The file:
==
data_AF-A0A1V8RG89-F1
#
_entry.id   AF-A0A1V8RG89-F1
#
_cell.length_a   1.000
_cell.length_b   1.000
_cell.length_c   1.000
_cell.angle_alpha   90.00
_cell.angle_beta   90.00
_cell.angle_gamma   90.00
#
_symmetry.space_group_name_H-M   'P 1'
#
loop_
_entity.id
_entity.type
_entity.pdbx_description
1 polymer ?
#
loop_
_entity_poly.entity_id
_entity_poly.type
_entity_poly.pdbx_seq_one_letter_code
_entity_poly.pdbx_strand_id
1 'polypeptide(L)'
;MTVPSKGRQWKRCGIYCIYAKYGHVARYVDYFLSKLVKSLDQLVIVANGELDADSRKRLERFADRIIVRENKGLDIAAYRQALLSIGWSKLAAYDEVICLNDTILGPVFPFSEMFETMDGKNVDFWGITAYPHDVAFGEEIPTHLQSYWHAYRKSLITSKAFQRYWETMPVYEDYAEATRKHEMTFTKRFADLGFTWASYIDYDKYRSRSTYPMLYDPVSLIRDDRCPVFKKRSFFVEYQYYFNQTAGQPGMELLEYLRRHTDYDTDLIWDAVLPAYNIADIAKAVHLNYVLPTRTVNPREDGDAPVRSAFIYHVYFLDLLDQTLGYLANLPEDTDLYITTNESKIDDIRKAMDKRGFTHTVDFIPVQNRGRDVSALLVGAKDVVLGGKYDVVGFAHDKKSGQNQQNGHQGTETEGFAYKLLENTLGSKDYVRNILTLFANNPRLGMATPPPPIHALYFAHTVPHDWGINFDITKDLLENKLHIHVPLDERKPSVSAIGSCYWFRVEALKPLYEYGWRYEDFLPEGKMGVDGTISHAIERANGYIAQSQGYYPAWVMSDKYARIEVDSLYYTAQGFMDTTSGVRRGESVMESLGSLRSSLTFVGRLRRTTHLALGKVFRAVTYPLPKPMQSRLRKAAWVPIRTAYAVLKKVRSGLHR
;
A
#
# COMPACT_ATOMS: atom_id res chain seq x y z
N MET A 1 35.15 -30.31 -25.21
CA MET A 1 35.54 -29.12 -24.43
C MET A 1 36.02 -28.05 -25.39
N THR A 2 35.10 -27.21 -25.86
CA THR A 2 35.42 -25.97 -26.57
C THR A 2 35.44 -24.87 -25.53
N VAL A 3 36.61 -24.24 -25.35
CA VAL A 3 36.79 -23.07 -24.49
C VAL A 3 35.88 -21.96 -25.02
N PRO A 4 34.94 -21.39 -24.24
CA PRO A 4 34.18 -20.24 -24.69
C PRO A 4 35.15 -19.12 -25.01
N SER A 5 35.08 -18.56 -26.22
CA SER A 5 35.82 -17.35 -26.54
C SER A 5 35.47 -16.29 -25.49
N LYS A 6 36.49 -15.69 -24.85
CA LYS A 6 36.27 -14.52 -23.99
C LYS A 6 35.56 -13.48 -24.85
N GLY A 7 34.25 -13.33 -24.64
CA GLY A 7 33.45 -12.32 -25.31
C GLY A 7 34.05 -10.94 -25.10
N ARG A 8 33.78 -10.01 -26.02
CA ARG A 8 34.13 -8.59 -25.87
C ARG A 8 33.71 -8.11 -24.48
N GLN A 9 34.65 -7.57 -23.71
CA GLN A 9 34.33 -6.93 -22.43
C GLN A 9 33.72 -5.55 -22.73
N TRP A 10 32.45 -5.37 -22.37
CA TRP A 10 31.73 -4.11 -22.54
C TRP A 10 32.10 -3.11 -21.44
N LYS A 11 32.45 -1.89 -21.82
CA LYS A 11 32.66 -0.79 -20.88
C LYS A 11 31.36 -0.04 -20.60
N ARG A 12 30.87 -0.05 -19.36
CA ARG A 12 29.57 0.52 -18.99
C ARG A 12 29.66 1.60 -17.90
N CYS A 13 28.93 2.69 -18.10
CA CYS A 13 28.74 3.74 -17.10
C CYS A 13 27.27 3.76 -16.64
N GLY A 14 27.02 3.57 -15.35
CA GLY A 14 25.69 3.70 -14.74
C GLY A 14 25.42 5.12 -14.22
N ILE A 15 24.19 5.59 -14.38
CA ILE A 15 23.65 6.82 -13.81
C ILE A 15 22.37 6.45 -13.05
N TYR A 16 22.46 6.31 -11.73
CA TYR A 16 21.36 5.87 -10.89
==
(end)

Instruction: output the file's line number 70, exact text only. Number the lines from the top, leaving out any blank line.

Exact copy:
N GLY A 14 27.02 3.57 -15.35